|7 May 2019|
When walking into the dimly lit bar, customers are greeted by lacquered wood tables, retro chairs, walls crowded with old alcohol advertisements and trophy vegetables, including a melon with a tiara. The wall-mounted vegetables, also including a horned cherry, resemble the mounted animal heads from hunting lodges.
The Burrowing Owl is a vegan bar on the Southwest side of Colorado Springs, furnished entirely with thrifted furniture or furniture that is built from reclaimed wood, opened by long-time members of the local restaurant and bar
Friday and Saturday special is a burger, with a patty typically made with oats, lentils and corn chips.
A highlight from April 27 was a mediterranean-themed burger layered with a sun-dried scene, Cody Rilo and Tyler Schiedel.
According to Schiedel, a UCCS alumni who graduated with a Bachelor’s of Arts in Communication in 2001, and contributes $100 every month through The Burrowing Owl to the Gallery of Contemporary Arts at UCCS, every piece of wood used in the interior of the bar was reclaimed from Black Forest, the bartop specifically coming from the Black Forest fire in 2013.
When they opened the bar, with former co-owners Aspen and Mike Nipp, their goal was to create a neighborhood bar environment with an emphasis on being as sustainable as possible.
“The world is already full of stuff, we don’t need to add more,” said Schiedel. The group used this idea as part of their brand for the whole endeavor, calling the original concept an “owl bar.”
The namesake for the bar nests in abandoned prairie dog homes, according to Schiedel, and elements of that philosophy can be seen in the vinyl- sleeve-mounted menus and the check-bearing, thrifted statues like Bearnard the Bear.
The Burrowing Owl is a community spot, as far as Schiedel is concerned, and he works to reinforce that brand identity by foregoing televisions on the wall.
“Shouldn’t we be able to have a conversation?” said Schiedel.
Experience with the staff helps reinforce that tone.
Customer service at most restaurants favors an attentive helicopter approach to serving its patrons’ needs.
The atmosphere at The Burrowing Owl is more relaxed, which can feel intimidating at first because it can seem like the busy staff is ignoring you. The staff, however, is always welcoming to being flagged down for help and questions.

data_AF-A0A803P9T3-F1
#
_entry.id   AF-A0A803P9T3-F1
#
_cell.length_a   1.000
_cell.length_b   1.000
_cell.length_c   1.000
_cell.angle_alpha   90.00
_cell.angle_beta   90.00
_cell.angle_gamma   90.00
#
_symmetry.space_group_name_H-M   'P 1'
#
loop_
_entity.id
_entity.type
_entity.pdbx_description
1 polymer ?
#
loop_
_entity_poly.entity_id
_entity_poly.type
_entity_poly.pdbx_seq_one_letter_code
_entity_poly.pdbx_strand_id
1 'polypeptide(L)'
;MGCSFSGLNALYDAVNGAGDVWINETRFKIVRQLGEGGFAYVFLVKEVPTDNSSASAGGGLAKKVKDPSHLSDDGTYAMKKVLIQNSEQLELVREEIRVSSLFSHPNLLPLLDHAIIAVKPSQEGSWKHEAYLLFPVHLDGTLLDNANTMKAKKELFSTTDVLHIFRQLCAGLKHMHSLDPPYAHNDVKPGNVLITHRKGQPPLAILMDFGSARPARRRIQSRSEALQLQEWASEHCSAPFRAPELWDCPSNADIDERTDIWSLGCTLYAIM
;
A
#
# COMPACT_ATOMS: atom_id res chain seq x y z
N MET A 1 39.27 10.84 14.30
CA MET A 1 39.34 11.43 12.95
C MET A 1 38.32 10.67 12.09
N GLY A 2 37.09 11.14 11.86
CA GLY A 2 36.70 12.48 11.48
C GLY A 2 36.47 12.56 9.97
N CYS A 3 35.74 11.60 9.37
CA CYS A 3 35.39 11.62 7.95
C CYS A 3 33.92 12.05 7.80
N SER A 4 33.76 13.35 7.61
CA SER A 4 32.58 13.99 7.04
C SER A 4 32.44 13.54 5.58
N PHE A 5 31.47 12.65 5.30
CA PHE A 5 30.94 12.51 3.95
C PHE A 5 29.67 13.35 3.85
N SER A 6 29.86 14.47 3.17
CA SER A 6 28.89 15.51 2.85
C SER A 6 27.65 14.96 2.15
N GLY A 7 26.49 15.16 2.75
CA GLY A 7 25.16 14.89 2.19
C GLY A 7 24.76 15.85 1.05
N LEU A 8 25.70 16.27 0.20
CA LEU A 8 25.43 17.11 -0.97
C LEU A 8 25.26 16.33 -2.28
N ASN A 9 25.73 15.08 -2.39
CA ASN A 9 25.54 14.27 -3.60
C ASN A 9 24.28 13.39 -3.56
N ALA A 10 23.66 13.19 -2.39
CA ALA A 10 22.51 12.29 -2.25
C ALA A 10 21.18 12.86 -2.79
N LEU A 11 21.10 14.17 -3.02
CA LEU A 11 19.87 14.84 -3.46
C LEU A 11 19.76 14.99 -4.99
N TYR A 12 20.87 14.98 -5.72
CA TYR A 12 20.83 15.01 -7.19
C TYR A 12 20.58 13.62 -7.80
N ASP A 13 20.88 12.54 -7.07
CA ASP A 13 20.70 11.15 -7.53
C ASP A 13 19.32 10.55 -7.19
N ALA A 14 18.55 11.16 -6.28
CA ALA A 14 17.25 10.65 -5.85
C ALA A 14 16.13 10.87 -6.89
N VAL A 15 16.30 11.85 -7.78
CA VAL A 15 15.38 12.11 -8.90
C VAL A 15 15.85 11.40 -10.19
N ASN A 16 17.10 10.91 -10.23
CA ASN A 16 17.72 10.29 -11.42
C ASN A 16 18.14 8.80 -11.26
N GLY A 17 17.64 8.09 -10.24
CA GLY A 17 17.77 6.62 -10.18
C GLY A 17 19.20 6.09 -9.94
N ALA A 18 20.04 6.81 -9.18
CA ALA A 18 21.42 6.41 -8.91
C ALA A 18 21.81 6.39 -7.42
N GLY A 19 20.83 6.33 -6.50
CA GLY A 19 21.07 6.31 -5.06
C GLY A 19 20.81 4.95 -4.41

The couple, Rilo and Schiedel, opened the bar because they found that they could no longer operate in the bar and restaurant industry after becoming vegan because they were conflicted supporting industries they disagreed with.
Food was a small part of the original plan. “We had to have food. I didn’t want a bunch of drunk people in here,” said Schiedel.
Since then, a lot of the popularity for The Burrowing Owl has come from their simple, comfort food constructions using textured vegetable protein (TVP) to create food with a ground meat texture, avoiding meat replacements like tofu and seitan.
“Seitan is a real beast,” said Schiedel, who tries to keep the menu of either USDA certified organic or Non-GMO Project certified foods simple in their clean, oil-free kitchen.
“I started playing around with [TVP] and it had the right texture and consistency,” said Schiedel, noting that his favorite menu item is the Spicy Mac, but he eats the Serious Nachos the most because their construction, including a queso made from cashews, always leaves him satisfied.
The bar has a different special every day created by the kitchen staff. Their lettuce and tahini on a black pepper bun.
At times, the specials can fail to impress, but they are certainly inventive.
Most of the cocktails are designed by Rilo, who Schiedel described as a “whiskey girl,” by taking a flavor she likes at any given moment and experimenting until it works.
This is how The Mother was developed, which also happens to be Schiedel’s favorite, made from Benchmark whiskey, apple cider vinegar and agave nectar.
The staff all have a favorite cocktail, with staff member Rachel Orr’s being the Coconut Sap, a combination of Cruzan rum, coconut vinegar and pineapple juice.
The one trend between the cocktails is that they either have a syrup and vinegar combination or a syrup and citrus combination, and it often creates a balance explaining why Orr loves the Coconut Sap.
Schiedel and Rilo also re-evaluate their menu two to three times a year, looking at ways to make the menu more efficient, but the overall goal is to ensure that two visits to the bar a year apart can feel the same, providing a timeless sense of comfort.
Perhaps the most standout quality for The Burrowing Owl is that the bar only closes one day a year, remaining open through every holiday but Memorial Day. The restaurant is one of few that hosted free buffets on Thanksgiving and Christmas last year.